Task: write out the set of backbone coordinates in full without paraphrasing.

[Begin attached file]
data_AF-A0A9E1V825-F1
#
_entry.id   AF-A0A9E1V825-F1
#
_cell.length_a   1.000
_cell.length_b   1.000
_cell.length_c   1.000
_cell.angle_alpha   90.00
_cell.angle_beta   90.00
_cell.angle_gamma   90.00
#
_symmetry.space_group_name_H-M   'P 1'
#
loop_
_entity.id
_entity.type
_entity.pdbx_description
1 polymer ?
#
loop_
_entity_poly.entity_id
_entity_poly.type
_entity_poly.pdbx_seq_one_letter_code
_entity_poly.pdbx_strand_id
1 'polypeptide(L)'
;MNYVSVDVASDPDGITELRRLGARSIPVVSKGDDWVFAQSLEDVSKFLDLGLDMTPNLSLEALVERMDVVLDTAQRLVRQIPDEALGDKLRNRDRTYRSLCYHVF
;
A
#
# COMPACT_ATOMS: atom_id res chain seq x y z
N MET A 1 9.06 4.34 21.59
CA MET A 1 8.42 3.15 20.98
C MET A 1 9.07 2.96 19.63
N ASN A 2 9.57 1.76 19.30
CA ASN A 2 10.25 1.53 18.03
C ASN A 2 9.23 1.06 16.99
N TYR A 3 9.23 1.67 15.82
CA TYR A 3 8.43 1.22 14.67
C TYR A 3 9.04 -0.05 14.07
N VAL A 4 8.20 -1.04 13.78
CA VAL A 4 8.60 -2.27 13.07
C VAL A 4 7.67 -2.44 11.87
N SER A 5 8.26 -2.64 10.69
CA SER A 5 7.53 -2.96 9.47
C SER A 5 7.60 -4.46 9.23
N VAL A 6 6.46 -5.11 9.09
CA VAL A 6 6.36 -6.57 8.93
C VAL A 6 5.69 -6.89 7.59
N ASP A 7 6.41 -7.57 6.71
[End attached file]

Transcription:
data_AF-A0A9E1V825-F1
#
_entry.id   AF-A0A9E1V825-F1
#
_cell.length_a   1.000
_cell.length_b   1.000
_cell.length_c   1.000
_cell.angle_alpha   90.00
_cell.angle_beta   90.00
_cell.angle_gamma   90.00
#
_symmetry.space_group_name_H-M   'P 1'
#
loop_
_entity.id
_entity.type
_entity.pdbx_description
1 polymer ?
#
loop_
_entity_poly.entity_id
_entity_poly.type
_entity_poly.pdbx_seq_one_letter_code
_entity_poly.pdbx_strand_id
1 'polypeptide(L)'
;MNYVSVDVASDPDGITELRRLGARSIPVVSKGDDWVFAQSLEDVSKFLDLGLDMTPNLSLEALVERMDVVLDTAQRLVRQIPDEALGDKLRNRDRTYRSLCYHVF
;
A
#
# COMPACT_ATOMS: atom_id res chain seq x y z
N MET A 1 9.06 4.34 21.59
CA MET A 1 8.42 3.15 20.98
C MET A 1 9.07 2.96 19.63
N ASN A 2 9.57 1.76 19.30
CA ASN A 2 10.25 1.53 18.03
C ASN A 2 9.23 1.06 16.99
N TYR A 3 9.23 1.67 15.82
CA TYR A 3 8.43 1.22 14.67
C TYR A 3 9.04 -0.05 14.07
N VAL A 4 8.20 -1.04 13.78
CA VAL A 4 8.60 -2.27 13.07
C VAL A 4 7.67 -2.44 11.87
N SER A 5 8.26 -2.64 10.69
CA SER A 5 7.53 -2.96 9.47
C SER A 5 7.60 -4.46 9.23
N VAL A 6 6.46 -5.11 9.09
CA VAL A 6 6.36 -6.57 8.93
C VAL A 6 5.69 -6.89 7.59
N ASP A 7 6.41 -7.57 6.71